Ria, a happily married suburban housewife, reaches the age where she feels as if life is passing her by. Being taken for granted by her butterfly collecting dentist husband doesn't help. So... See full summary »
Audrey fforbes-Hamilton is sad when her husband dies but is shocked when she realises that she has to leave Grantleigh Manor where her family has lived forever. The new owner is Richard De ... See full summary »
Gary Sparrow lives in the 1990s with his wife but has a route back to the 1940s where he has a mistress. Gary has a tough time keeping his double-life a secret from the two women as he ... See full summary »
BBC Television comedy detailing the fortunes of Reginald Iolanthe Perrin. Disillusioned after a long career at Sunshine Desserts, Perrin goes through a mid-life crisis and fakes his own ... See full summary »
When Tom Ballard moves to Bayview Retirement Vilage, he meets Diana Trent, a feisty old woman who complains about everything and wants nothing more than just to die. Much to the dislike of ... See full summary »
Lionel and Jean were lovers many years ago at the time of the Korean War. They are separated by a misunderstanding but meet again by chance when Lionel needs a secretary from Jean's firm. ... See full summary »
Ria, a happily married suburban housewife, reaches the age where she feels as if life is passing her by. Being taken for granted by her butterfly collecting dentist husband doesn't help. So, when the opportunity for an affair comes up she tries to decide whether she loves her husband enough to be faithful to him. Written by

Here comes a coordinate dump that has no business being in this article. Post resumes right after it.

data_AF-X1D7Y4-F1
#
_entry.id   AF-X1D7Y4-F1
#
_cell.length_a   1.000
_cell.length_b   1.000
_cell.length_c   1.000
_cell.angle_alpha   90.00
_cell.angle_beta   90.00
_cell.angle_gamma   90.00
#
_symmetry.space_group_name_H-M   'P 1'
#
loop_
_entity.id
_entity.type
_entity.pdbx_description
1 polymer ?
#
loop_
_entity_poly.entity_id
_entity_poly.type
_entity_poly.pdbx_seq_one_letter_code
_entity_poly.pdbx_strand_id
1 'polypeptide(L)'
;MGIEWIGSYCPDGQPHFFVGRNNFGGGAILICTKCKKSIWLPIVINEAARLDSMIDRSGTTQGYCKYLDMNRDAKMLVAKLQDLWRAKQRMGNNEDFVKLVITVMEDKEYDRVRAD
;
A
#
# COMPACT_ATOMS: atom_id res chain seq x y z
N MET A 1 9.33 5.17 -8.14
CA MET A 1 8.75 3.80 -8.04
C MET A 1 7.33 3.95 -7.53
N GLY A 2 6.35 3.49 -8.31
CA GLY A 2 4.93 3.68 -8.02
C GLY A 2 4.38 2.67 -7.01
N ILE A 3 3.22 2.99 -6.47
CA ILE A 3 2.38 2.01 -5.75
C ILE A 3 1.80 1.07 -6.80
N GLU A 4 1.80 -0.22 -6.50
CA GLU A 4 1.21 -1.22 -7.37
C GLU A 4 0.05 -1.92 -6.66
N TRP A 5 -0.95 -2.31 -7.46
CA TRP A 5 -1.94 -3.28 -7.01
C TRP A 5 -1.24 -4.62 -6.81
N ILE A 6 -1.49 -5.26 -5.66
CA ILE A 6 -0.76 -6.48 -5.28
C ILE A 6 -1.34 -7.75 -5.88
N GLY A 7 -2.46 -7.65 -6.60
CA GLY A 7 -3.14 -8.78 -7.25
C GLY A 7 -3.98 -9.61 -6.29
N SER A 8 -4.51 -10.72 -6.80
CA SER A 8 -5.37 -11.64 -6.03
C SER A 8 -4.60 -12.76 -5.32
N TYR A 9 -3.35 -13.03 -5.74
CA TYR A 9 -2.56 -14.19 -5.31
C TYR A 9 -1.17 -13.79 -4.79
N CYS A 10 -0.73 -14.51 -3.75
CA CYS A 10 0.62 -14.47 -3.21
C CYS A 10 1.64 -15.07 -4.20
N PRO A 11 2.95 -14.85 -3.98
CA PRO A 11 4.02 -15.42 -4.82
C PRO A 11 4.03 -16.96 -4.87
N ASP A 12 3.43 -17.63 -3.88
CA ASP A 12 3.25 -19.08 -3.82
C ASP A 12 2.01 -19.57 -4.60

Dave Smith <firstname.lastname@example.org>
Even 20-odd years after the fact (and with it's late-70s sexual revolutionism looking humorously dated these days), Carla Lane's 'Butterflies' remains one of the freshest and funniest sitcoms Britain ever produced. The story itself is relentlessly simple -- a stifled housewife's yearning for more in her life is complicated by a distantly ironic husband, two sex-crazed still-at-home sons, and the romantic attention of a wealthy playboy whose desire revs up the more undesirable she feels. But it's not the plot that makes 'Butterflies' great so much as it is the opportunity that that plot gives Lane to explore Ria Parkinson's world as it slowly collapses around her, and it's impossible not to see a little bit of oneself in the sometimes-hilarious, sometimes-sobering struggles of Lane's memorable characters as they attempt to survive the small anguishes of day-to-day life. Smart writing and great performances all around.
A few years back, 'Butterflies' would show up in late-night rotation on PBS in the states and Canada; if it does again, catch it.
18 of 20 people found this review helpful.
Was this review helpful to you?